Making the decision to add a branch to your family tree is an important one. But have you considered how the health history of you and your partner’s families may affect future generations?
While most babies will be born healthy, it’s important to understand options for learning details about your baby’s health.
A genetic counselor helps a patient understand complex genetic information and options available if genetic testing is performed. Genetic testing is part of the genetic counseling process, but it is not required to undergo genetic counseling.
You can meet with a genetic counselor virtually using telehealth technology from the comfort of home. This eliminates needing to travel to a hospital or clinic location, especially if you have other children at home.
Your obstetrician-gynecologist (OB-GYN) can refer you for genetic counseling if you are interested in learning about you and your partner’s genes. You also may be referred if you have certain risk factors.
Risk factors include:
- Being 35 or older.
- Having a family history of genetic conditions.
- Having a child affected by a genetic condition or birth defect.
An appointment with a counselor includes a review of personal medical history and family health history. A family tree, called a pedigree, is created to document your family history.
Based on your family history, the genetic counselor will determine if testing is available and help parents decide whether details gathered from testing would be beneficial to the pregnancy.
With counselor guidance, parents may decide not to pursue genetic testing based on family history. If testing is not warranted based on family history, screening options are available for genetic conditions that occur randomly or can hide in families.
Genetic testing involves examining your DNA, the chemical database that carries instructions for your body’s functions. Genetic testing can reveal genetic changes that can cause illness or disease.
Genetic testing is available for women who are pregnant or planning a pregnancy. A genetic counselor is a trusted partner each step of the way, helping interpret and navigate genetic test results.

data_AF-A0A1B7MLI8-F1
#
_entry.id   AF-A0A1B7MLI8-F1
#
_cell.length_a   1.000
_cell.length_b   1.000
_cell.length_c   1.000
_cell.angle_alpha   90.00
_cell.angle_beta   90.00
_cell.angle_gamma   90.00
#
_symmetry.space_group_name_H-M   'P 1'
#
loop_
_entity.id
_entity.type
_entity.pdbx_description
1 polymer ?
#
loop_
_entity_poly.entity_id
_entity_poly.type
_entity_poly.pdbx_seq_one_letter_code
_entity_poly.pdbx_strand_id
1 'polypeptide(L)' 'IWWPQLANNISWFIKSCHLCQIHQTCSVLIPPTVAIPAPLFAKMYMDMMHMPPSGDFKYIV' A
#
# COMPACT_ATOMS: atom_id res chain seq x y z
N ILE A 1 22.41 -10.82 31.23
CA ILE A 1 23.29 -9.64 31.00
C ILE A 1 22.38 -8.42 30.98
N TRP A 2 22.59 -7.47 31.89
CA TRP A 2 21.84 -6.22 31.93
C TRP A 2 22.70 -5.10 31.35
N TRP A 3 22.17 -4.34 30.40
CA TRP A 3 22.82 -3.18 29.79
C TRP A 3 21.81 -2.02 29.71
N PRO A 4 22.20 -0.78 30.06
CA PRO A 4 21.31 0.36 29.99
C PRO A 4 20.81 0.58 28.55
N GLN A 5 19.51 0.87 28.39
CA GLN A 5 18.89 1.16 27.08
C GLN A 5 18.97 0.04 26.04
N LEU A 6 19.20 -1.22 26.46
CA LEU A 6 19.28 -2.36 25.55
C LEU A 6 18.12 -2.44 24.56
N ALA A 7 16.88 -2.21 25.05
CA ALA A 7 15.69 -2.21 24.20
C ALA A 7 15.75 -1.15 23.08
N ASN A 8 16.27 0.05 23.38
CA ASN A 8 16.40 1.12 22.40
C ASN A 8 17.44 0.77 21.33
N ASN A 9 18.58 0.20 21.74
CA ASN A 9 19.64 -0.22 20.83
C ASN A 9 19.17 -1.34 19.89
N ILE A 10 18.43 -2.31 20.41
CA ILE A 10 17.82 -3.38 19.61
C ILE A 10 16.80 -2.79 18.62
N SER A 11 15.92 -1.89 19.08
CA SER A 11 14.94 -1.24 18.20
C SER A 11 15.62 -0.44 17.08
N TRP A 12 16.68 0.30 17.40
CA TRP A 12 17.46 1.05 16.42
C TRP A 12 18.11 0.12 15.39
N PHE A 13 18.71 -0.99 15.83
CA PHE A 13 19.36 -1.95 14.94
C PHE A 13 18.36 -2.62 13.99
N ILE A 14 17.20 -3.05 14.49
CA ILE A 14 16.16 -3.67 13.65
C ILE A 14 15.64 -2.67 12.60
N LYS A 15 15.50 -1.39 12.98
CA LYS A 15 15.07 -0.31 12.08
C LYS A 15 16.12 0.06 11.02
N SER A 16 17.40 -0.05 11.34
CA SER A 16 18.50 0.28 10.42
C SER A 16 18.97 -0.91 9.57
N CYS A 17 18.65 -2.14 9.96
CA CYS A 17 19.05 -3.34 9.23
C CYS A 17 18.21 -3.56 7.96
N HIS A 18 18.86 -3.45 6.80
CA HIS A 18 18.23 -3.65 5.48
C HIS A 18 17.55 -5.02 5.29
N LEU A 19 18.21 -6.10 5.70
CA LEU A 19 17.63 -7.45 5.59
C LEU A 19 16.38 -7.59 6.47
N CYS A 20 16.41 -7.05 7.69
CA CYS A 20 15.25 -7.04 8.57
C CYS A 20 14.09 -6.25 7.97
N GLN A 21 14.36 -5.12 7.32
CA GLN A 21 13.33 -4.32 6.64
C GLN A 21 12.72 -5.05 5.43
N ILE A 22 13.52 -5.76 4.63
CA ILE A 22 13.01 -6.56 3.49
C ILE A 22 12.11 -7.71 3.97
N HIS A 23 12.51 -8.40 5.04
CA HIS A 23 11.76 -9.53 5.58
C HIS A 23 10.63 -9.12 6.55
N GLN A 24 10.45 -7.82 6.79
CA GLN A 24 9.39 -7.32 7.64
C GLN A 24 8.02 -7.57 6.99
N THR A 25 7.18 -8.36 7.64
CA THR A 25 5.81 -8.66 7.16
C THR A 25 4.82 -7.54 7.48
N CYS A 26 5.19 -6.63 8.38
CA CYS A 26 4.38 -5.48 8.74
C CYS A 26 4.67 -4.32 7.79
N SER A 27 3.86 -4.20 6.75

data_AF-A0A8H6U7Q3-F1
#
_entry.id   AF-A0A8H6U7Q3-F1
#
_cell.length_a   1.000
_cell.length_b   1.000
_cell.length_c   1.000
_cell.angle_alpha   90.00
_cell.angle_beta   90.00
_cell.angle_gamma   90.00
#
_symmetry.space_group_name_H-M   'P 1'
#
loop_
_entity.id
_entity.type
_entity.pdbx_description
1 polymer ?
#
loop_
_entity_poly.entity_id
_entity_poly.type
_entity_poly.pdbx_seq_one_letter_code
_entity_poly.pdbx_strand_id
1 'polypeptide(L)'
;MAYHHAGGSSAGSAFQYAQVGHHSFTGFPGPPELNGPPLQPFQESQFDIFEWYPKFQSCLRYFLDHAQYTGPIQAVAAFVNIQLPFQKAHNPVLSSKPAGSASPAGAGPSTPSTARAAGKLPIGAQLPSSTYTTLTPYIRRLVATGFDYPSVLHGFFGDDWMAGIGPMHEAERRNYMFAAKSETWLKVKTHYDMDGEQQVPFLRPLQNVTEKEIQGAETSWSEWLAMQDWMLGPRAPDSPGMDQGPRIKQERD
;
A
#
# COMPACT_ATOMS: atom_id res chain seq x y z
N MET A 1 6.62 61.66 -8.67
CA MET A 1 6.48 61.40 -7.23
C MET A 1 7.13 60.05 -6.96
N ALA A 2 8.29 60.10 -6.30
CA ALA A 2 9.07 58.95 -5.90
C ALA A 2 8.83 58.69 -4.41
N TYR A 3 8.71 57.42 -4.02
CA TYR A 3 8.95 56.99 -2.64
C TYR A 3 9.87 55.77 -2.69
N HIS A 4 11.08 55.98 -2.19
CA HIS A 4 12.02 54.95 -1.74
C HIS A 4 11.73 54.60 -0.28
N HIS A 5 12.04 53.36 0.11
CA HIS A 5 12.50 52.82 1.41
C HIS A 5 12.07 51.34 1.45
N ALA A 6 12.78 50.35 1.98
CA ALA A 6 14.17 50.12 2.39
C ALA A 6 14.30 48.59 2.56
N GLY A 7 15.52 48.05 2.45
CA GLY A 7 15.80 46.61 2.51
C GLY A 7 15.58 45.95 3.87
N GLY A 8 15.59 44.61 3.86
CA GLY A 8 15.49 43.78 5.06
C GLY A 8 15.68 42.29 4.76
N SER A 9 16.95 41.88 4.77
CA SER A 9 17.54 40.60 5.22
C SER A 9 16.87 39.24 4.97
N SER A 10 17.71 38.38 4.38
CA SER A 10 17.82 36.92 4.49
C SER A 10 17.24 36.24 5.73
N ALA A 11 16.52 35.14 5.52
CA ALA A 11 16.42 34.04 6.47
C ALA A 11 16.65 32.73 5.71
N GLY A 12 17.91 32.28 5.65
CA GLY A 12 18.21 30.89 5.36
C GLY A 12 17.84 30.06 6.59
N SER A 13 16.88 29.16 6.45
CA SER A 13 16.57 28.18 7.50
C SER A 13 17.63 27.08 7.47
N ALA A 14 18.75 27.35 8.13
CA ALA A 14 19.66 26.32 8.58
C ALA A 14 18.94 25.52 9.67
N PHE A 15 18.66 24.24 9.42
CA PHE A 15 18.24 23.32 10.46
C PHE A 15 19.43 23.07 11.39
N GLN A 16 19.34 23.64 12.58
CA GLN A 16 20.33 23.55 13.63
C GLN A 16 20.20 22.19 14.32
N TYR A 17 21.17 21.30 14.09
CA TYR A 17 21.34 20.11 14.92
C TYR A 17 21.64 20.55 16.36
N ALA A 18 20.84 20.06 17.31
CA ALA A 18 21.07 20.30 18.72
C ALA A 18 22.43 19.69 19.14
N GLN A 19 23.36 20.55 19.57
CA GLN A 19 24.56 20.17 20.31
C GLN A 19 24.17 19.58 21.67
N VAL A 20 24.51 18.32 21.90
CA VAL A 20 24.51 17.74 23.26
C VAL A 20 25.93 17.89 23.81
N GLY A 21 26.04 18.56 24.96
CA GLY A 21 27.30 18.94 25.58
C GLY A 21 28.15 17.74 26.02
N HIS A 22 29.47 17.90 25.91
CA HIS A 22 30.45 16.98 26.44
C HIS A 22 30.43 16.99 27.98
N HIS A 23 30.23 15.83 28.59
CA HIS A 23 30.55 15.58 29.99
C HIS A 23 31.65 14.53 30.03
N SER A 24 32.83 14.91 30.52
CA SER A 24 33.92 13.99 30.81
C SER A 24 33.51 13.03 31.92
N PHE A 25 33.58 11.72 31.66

It is recommended to see a genetic counselor prior to pregnancy due to testing that can be performed prior to pregnancy to assist with conception planning. During preconception counseling, carrier screening can be performed for over 200 inherited conditions that can hide in families.
Knowing your genetic risk can help determine risk for children to have the same condition. When the potential for inherited conditions is determined before conception, there are ways to avoid passing on the affected genes.
Prenatal or pregnancy
Genetic testing can be performed during pregnancy to screen for common conditions that occur randomly and are not passed on in families.
Determining the risk for these genetic conditions can help parents prepare medically and emotionally to have a child with a genetic condition. Testing can include an anatomic ultrasound or a blood test for the mother, which may include cell-free DNA screening. Prenatal screening tests usually are performed during the first or second trimester.
Each step of the consultation, screening and testing process is done through collaboration and conversation between the genetic counselor and patients. The patient’s OB-GYN and other members of the care team are included so pertinent information is shared with those involved in the care of the mom and baby during the pregnancy.
The primary goal of genetic counseling is to provide information and support patients as they make informed decisions about their health and the health of their family.
Rachel Keppers specializes in genetics, or inherited diseases, for Mayo Clinic Health System. This article is part of our Partner Content program. Learn more about that here.